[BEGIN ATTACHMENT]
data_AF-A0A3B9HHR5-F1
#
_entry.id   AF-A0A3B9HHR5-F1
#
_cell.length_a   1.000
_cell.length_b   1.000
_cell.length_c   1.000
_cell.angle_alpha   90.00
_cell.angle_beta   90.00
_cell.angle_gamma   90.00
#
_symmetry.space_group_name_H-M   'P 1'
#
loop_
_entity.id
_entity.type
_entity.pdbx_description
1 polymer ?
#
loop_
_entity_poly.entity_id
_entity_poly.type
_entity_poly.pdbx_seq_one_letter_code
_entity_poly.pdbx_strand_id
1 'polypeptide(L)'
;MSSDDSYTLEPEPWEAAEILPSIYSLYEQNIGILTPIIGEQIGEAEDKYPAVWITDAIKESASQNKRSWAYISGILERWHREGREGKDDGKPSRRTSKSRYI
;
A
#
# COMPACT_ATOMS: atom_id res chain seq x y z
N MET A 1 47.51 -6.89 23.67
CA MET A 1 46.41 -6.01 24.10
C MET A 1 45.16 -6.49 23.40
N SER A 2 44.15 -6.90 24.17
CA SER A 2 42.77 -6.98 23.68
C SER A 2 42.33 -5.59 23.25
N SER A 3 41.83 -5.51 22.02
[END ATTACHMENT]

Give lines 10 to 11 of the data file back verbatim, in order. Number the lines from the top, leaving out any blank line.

_cell.angle_gamma   90.00
#